One more reason to try out the Mediterranean diet
A new study claims that the Mediterranean diet, which focuses on fruits, vegetables and legumes and has long been praised for its numerous health benefits, can also help treat infertility
The Mediterranean diet, which comprises fruits, vegetables and legumes, has long been praised for its numerous health benefits. Now, research has suggested it may also help in the treatment of infertility, making it a non-invasive and cost-effective method for couples attempting to conceive.
Conducted by Monash University, the University of the Sunshine Coast, and the University of South Australia, the review found that the Mediterranean diet can improve fertility, assisted reproductive technology (ART) success, and sperm quality in men.
Researchers identified that the anti-inflammatory properties of a Mediterranean diet can improve couples’ chances of conception.
Infertility is a global health concern affecting 48 million couples and 186 million individuals worldwide.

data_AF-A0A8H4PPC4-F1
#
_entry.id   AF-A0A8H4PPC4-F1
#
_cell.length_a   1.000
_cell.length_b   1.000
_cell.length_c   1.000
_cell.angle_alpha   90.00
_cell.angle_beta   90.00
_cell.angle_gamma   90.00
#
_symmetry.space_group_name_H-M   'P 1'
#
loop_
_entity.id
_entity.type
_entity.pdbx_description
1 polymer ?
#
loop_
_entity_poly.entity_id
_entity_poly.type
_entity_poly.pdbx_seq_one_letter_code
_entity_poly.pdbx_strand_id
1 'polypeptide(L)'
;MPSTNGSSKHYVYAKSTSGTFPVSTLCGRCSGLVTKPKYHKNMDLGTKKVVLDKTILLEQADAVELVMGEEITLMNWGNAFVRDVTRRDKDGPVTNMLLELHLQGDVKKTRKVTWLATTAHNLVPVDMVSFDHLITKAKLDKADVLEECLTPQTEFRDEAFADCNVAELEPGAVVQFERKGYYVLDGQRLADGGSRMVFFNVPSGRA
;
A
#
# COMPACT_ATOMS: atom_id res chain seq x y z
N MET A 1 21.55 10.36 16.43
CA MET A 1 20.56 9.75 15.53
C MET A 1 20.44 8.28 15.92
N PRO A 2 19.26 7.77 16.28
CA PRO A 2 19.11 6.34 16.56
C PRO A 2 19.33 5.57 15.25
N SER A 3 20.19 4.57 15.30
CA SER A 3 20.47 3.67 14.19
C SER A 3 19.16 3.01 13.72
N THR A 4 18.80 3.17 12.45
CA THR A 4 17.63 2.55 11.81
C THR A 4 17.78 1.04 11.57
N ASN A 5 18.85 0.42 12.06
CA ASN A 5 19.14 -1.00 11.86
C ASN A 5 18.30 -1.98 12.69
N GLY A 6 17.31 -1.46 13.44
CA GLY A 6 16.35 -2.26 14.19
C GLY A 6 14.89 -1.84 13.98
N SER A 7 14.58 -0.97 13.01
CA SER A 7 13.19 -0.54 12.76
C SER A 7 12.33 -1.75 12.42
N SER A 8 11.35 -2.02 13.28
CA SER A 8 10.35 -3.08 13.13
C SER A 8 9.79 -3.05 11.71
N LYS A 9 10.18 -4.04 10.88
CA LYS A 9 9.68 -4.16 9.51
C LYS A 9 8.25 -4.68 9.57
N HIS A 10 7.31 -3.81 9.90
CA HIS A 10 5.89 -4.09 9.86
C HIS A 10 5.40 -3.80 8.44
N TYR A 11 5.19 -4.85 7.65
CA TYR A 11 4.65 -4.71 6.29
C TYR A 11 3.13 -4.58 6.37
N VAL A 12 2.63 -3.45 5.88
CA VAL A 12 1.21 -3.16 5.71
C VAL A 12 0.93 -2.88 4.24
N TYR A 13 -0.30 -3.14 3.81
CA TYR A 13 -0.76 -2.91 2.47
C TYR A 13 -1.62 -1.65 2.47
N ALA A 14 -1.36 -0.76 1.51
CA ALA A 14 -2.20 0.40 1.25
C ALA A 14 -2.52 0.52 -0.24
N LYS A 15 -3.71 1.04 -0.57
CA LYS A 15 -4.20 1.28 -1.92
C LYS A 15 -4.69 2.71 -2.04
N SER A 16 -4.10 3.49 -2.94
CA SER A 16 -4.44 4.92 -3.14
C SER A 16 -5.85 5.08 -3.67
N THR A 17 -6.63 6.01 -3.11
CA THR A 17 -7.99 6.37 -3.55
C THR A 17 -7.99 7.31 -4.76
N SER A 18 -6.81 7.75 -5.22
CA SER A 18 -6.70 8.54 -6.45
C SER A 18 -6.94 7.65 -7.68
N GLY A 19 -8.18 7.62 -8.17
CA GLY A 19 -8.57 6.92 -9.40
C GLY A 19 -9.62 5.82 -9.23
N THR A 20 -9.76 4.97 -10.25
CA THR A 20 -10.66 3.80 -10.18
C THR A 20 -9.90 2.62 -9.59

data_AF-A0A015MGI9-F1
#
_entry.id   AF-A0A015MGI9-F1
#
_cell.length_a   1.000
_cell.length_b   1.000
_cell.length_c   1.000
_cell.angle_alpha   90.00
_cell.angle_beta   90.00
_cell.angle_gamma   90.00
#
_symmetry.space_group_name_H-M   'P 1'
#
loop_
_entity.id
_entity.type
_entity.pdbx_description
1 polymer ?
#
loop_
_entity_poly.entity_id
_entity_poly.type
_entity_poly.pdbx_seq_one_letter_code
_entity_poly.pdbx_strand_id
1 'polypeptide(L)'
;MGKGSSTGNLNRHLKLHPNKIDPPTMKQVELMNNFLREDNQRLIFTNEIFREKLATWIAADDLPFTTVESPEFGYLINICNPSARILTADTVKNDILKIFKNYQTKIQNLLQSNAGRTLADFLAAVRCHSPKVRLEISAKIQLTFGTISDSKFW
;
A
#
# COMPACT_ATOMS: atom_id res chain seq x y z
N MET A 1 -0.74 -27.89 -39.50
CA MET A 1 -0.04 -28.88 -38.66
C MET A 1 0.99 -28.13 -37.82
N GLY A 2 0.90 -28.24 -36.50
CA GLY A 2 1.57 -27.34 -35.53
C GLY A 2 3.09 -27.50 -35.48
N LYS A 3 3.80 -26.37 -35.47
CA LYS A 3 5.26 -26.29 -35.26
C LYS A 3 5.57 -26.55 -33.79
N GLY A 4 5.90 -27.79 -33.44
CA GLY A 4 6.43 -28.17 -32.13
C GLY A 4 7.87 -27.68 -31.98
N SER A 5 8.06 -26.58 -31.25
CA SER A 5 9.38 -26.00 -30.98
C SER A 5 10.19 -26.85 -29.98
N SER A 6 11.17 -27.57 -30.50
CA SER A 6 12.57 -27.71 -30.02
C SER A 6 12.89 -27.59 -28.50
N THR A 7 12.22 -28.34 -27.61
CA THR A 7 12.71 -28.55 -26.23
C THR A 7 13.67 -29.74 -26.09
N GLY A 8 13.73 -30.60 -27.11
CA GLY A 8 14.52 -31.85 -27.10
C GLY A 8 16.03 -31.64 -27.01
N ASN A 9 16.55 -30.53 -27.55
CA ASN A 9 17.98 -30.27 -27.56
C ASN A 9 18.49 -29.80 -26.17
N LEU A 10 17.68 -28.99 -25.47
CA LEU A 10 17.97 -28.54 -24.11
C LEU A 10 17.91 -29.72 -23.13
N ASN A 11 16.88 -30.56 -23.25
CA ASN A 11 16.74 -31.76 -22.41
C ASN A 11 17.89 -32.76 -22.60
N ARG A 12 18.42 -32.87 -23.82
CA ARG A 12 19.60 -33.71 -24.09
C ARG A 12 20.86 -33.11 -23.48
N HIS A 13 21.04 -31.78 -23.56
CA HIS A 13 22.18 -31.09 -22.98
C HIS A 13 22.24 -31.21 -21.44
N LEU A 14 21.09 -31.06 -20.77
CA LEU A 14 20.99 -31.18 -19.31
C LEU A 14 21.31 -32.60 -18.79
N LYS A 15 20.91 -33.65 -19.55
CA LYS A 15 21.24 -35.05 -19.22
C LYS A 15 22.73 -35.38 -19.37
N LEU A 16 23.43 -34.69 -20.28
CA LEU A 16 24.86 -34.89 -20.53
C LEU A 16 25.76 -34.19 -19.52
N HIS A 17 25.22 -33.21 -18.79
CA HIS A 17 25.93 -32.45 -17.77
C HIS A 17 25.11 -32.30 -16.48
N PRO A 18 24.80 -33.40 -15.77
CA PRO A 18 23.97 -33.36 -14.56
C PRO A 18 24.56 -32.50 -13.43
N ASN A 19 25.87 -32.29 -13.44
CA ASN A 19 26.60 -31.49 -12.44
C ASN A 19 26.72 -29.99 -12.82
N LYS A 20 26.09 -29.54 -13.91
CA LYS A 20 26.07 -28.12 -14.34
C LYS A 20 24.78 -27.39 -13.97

UniSA researcher, Dr Evangeline Mantzioris, said modifying preconception nutrition is a non-invasive and potentially effective means for improving fertility outcomes.
“Deciding to have a baby is one of life’s biggest decisions, but if things don’t go as planned, it can be very stressful for both partners,” Dr Mantzioris said.
“Research shows inflammation can affect fertility for both men and women, affecting sperm quality, menstrual cycles, and implantation. So, in this study we wanted to see how a diet that reduces inflammation – such as the Mediterranean diet – might improve fertility outcomes,” she added.
“Encouragingly, we found consistent evidence that by adhering to an anti-inflammatory diet – one that includes lots of polyunsaturated or ‘healthy’ fats, flavonoids (such as leafy green vegetables), and a limited amount of red and processed meat – we can improve fertility,” she added.
The Mediterranean diet is primarily plant-based and includes whole grains, extra virgin olive oil, fruits, vegetables, beans and legumes, nuts, herbs, and spices. Yoghurt, cheese, and lean protein sources such as fish, chicken, or eggs; red and processed meats are only eaten in small amounts.
In comparison, a western diet comprises excessive saturated fats, refined carbohydrates, and animal proteins, making it energy-dense and lacking dietary fibre, vitamins, and minerals. Typically, a western diet is associated with higher levels of inflammation.
Monash University researcher, Simon Alesi, says understanding the association between anti-inflammatory diets such as the Mediterranean diet, and fertility, could be a game-changer for couples hoping to start a family.
“The Mediterranean diet is consistently ranked among the healthiest diets in the world. But knowing that it may also boost your chances of conceiving and having a baby is extremely promising,” Alesi said.